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Baltimore is adding new speed and red-light cameras. Here's where they'll be.

Baltimore is adding six new speed cameras and five new red-light cameras on city streets, transportation officials announced Tuesday.

The speed cameras, part of the city’s Automated Traffic Violation Enforcement System, issue $40 fines to drivers who drive more than 12 mph over the speed limit. The red-light cameras issue $75 tickets to drivers who run a red light. (It’s unclear whether the cameras are new, or just redeployed from other areas.)

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The system is the city’s third traffic camera program, after the first two were revealed to have issued erroneous tickets. A Baltimore Sun investigation in 2012 detailed several problems, including ticketing slow-moving or stopped cars.

As the current program expanded, the city’s spending panel voted last summer to use an extra $4 million in fine money — on top of the $8 million in budgeted revenue from them — to help pay unfunded overtime expenses in the Fire Department.

The six new speed cameras will be installed at the following locations:

» 4700 block of Hillen Road to 5200 Perring Parkway – Northwood Elementary School, Lois T. Murray Elementary School

» 5400 to 5700 block of South Hilton Street – Unseld's School, Sarah M. Roach Elementary School, Green Street Academy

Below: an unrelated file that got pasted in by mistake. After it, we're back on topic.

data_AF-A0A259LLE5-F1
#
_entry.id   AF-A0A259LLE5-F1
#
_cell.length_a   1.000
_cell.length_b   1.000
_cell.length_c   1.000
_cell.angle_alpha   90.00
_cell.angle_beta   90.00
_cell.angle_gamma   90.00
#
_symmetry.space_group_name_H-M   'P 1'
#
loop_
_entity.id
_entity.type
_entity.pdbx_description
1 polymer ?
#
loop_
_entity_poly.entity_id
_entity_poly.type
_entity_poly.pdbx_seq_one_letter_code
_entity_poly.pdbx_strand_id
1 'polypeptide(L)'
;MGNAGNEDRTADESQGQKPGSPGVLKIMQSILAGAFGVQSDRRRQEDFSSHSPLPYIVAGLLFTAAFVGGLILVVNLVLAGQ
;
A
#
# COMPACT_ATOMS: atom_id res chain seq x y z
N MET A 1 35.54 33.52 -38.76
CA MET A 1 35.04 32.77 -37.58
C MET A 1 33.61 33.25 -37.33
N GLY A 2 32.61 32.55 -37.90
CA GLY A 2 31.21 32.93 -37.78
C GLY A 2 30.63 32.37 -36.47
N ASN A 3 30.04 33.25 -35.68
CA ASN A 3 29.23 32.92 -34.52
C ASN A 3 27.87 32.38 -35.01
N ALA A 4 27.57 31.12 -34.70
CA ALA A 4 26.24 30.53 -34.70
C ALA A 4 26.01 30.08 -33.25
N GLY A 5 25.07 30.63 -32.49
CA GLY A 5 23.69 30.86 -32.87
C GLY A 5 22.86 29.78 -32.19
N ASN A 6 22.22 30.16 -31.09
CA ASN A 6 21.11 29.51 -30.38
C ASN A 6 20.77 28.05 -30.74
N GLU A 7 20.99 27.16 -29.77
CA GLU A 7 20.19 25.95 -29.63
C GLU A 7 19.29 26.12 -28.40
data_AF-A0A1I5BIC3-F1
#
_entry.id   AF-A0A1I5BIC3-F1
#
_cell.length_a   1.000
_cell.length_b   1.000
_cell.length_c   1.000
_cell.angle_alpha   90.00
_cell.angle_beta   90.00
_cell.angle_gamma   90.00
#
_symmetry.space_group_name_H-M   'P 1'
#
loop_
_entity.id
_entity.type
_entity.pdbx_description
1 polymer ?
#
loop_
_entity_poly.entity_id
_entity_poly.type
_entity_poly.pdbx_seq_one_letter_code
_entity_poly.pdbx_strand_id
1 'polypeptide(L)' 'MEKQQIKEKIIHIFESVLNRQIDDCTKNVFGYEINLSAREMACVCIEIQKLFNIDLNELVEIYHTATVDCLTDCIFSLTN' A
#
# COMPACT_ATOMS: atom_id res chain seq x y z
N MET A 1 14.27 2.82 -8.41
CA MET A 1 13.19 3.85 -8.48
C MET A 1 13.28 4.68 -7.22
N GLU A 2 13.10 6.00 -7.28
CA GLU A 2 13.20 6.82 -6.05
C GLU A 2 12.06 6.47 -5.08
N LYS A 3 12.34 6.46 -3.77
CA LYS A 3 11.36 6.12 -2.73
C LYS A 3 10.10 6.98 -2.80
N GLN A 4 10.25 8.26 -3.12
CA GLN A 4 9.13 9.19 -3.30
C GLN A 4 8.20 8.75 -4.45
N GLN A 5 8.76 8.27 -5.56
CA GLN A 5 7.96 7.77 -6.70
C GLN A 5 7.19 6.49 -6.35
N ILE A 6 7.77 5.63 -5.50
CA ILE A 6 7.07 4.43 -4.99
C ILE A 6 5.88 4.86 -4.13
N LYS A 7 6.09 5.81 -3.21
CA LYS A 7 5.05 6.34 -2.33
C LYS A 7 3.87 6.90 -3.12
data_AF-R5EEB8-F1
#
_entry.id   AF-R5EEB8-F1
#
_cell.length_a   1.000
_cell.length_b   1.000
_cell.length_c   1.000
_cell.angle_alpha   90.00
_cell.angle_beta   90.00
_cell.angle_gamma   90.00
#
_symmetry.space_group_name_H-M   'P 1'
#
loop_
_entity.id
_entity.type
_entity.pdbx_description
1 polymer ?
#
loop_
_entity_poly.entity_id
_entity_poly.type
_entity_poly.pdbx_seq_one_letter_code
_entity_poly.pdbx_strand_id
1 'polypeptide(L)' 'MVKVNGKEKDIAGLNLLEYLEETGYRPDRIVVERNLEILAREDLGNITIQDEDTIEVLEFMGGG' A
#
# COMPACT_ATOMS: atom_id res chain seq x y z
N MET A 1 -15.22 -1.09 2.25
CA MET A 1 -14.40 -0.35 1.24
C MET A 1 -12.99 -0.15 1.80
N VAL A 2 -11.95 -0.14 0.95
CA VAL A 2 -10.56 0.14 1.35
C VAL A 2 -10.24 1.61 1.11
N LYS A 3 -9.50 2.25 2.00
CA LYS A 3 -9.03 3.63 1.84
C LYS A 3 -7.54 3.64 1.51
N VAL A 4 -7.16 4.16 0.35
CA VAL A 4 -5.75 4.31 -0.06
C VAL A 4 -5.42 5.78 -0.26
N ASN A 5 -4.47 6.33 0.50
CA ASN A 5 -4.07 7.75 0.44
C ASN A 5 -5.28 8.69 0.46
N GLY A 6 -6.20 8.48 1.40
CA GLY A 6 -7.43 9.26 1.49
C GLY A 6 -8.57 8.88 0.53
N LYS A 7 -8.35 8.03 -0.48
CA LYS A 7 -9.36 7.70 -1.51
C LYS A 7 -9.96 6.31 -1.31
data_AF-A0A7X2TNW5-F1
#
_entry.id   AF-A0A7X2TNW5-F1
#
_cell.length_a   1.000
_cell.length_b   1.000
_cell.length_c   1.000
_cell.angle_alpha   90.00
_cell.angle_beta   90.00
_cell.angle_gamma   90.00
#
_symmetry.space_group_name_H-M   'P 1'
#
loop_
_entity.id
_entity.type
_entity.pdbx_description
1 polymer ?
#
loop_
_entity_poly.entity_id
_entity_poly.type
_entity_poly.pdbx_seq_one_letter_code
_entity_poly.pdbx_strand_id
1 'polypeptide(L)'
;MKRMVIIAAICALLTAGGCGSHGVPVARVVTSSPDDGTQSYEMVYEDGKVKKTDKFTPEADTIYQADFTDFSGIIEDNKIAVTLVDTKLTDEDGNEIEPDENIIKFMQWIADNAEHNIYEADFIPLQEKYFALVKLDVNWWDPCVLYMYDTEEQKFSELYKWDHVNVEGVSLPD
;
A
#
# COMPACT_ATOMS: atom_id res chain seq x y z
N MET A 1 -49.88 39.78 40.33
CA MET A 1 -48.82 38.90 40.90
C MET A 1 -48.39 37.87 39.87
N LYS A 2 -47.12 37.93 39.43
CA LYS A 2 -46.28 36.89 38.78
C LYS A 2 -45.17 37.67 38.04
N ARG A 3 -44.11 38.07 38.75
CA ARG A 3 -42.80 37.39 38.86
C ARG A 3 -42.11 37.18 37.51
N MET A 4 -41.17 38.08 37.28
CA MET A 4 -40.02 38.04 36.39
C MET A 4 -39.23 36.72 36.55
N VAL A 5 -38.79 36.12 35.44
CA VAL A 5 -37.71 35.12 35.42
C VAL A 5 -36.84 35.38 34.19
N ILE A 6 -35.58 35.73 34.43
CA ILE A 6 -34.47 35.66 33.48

» 4600 to 4700 block of Reisterstown Road – Baltimore Junior Academy

» 1 to 200 block of South Monroe Street – Samuel Morse Elementary School

» 1300 to 1400 block of West Franklin St. EB – Augusta Fells Savage Institute of Visual Arts

» 1300 to 1400 block of West Mulberry St. WB – Vivien T. Thomas Medical Arts Academy

The five new red-light cameras will be installed at the following intersections:

» Cold Spring Lane and Falls Road

» Eastern Avenue and Patterson Park Avenue

» North Avenue and North Wolfe Street

» Pennsylvania Avenue and Dolphin Street

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» Martin Luther King Boulevard and Fayette Street

The system “uses automated speed, red light, and Commercial Vehicle Height Monitoring System cameras to promote safe driving habits in our City,” the Department of Transportation said in a news release. “This program is designed to increase safety by reducing driver speeds in school zones, decrease the incidence of vehicles running red lights, and for commercial vehicles, reducing traffic congestion and damage to streets, homes, businesses, and other infrastructure on posted (signed) streets.”

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